Lake Tahoe looks just like this perfect oasis that hides a patch of crystal clear, blue water, surrounded by rich vegetation, the cleanest air you ever dreamed of and the most friendly mountain peaks one could ever imagine. A medium sized lake somewhere in a remote area of California hides a recently unveiled mystery: the clearest shade of blue one can see on the surface of a lake.
According to a new piece of research, Lake Tahoe doesn’t get its blue shade because the water is crystal clear. It seems that large masses of algae are responsible with the lake’s blueness, affecting the so called “blueness index”.
A team of research has embarked on a mission to measure the degree of blueness inside Lake Tahoe and they have come back with a surprising finding.
Davis Shohei Watanabe from the University of California has thought of creating a “blueness index”. The new measurement system helped researchers clarify the misconception of the lake’s color and clarity. The data used for measuring the “blueness index” is gathered from a NASA Jet Propulsion Lab research buoy and a special instrument that can capture light.
The index has not reached the dimension of objectiveness which allows for an advanced expertise but it can help “put a number on blueness”, as Geoffrey Schladow, director of the UC Davis Tahoe Environmental Research Center declared.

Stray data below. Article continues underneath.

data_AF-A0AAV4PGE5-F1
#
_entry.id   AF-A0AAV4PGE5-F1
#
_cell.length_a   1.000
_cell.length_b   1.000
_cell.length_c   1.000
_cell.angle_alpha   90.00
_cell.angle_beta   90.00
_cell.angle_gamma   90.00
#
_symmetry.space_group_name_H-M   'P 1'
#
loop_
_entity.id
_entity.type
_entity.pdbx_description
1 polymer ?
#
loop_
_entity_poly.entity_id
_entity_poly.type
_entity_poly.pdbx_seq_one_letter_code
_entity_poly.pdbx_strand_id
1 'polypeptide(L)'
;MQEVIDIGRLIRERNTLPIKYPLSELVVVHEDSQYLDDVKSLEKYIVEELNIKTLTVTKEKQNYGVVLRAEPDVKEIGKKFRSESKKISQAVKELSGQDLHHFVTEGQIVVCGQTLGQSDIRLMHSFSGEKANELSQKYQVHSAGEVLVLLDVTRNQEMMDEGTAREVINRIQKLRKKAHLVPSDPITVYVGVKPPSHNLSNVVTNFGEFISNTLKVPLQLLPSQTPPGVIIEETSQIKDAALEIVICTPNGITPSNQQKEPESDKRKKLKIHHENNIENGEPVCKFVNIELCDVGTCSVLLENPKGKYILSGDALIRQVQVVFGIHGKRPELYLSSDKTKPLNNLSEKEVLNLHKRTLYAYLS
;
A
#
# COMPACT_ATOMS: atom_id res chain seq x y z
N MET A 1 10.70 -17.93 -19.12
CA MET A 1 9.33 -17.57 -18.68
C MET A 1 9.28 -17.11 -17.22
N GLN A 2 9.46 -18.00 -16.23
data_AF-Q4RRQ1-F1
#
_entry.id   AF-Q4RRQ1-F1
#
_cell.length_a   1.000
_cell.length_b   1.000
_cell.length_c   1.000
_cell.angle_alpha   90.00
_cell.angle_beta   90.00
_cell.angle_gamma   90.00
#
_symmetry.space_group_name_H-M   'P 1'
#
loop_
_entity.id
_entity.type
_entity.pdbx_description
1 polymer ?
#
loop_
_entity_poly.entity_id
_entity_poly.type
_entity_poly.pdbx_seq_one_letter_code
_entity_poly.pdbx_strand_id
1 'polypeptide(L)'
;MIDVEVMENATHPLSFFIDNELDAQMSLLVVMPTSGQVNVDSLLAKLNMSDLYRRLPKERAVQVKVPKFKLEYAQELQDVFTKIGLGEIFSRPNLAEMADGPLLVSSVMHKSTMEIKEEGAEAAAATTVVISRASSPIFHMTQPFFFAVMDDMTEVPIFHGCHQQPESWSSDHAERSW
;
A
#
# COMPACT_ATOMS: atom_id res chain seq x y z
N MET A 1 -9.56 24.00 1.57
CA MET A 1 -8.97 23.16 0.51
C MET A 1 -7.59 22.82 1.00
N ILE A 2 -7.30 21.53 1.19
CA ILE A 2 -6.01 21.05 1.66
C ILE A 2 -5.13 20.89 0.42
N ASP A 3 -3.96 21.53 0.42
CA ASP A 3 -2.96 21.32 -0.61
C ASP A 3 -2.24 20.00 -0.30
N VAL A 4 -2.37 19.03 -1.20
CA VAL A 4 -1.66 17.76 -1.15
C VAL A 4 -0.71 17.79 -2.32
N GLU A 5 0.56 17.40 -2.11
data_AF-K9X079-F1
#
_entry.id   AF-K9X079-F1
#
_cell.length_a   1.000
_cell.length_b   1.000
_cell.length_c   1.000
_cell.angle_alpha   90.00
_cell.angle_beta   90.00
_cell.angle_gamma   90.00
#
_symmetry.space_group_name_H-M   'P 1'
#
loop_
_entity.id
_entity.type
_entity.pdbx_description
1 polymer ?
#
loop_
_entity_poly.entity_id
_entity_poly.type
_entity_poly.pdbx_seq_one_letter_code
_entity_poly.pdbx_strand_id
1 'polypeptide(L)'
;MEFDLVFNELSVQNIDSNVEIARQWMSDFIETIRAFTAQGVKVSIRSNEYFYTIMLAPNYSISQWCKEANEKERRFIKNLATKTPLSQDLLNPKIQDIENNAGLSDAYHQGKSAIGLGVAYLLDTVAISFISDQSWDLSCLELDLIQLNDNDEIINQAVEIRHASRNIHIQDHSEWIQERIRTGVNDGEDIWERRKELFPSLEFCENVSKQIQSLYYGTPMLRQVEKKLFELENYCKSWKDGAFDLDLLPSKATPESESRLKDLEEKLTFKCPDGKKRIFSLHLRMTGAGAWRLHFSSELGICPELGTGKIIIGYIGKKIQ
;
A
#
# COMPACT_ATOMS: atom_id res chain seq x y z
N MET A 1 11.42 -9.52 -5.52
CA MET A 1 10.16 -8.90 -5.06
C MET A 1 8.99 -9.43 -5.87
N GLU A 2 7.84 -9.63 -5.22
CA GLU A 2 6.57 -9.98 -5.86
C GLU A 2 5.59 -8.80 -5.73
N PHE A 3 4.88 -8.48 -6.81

Recent analysis performed by researchers is meant to gather together important details related to the structure of the area, as conservation efforts have lately been focused on water clarity, in order to restore Lake Tahoe to its original state. Human intervention has managed to slowly degrade the natural color, appearance and structure of the entire ecosystem. Lake Tahoe used to be extremely clear before the “building boom” happened back in the 60’s, when rapid development and new infrastructures have affected the lake to the extent of losing a high degree of its brilliance.
Levels of water clarity are influenced by sediment and blueness is controlled by algal concentration, driven in return by the level of nutrients such as nitrogen and phosphorus available to the algae. If the levels of nutrients are low, the richness of algae is low as well and the lake becomes crystal clear blue.
Blueness and clarity are somewhat separate, according to the team of researchers. It seems that low levels of algae concentration are the ones to influence the rich blue shade on the surface of the lake. Clarity of water fails to contribute to the levels of blueness on the surface, although blueness used to be associated with clarity. This is the story behind Lake Tahoe’s blue color.
Image Source: fineartamerica.com